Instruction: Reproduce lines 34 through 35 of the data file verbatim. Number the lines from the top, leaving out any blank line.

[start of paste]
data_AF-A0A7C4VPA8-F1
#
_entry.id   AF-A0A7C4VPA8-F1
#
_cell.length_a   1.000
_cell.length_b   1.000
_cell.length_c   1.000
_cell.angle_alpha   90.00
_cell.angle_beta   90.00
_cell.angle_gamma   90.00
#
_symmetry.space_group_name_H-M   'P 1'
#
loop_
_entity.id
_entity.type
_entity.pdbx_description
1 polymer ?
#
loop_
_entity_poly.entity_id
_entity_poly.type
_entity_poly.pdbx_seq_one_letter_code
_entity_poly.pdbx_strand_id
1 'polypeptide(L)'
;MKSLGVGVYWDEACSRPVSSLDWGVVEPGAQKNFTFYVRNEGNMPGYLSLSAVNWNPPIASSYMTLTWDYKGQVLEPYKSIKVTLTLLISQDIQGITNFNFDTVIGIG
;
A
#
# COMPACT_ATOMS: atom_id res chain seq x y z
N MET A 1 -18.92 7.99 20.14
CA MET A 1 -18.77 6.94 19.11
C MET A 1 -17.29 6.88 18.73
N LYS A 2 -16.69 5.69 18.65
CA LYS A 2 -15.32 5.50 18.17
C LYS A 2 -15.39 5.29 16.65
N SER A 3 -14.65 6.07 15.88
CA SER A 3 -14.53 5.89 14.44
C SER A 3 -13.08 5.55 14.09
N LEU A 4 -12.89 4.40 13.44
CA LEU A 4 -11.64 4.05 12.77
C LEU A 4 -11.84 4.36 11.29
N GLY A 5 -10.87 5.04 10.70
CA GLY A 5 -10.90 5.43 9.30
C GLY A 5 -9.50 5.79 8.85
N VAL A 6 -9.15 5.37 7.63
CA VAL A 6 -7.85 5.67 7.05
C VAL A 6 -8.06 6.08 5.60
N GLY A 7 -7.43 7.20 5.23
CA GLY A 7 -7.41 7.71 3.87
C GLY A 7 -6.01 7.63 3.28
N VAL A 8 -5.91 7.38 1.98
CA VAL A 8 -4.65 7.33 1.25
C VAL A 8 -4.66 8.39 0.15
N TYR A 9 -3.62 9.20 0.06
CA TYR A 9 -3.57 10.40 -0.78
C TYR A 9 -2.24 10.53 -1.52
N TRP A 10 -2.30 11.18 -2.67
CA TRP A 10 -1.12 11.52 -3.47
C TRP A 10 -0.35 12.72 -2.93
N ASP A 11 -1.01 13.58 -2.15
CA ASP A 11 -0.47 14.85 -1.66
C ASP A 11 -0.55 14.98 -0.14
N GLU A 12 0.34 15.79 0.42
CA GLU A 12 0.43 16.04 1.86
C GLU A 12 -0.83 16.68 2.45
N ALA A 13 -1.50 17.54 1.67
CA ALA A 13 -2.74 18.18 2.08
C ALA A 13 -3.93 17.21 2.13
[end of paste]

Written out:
N LYS A 2 -16.69 5.69 18.65
CA LYS A 2 -15.32 5.50 18.17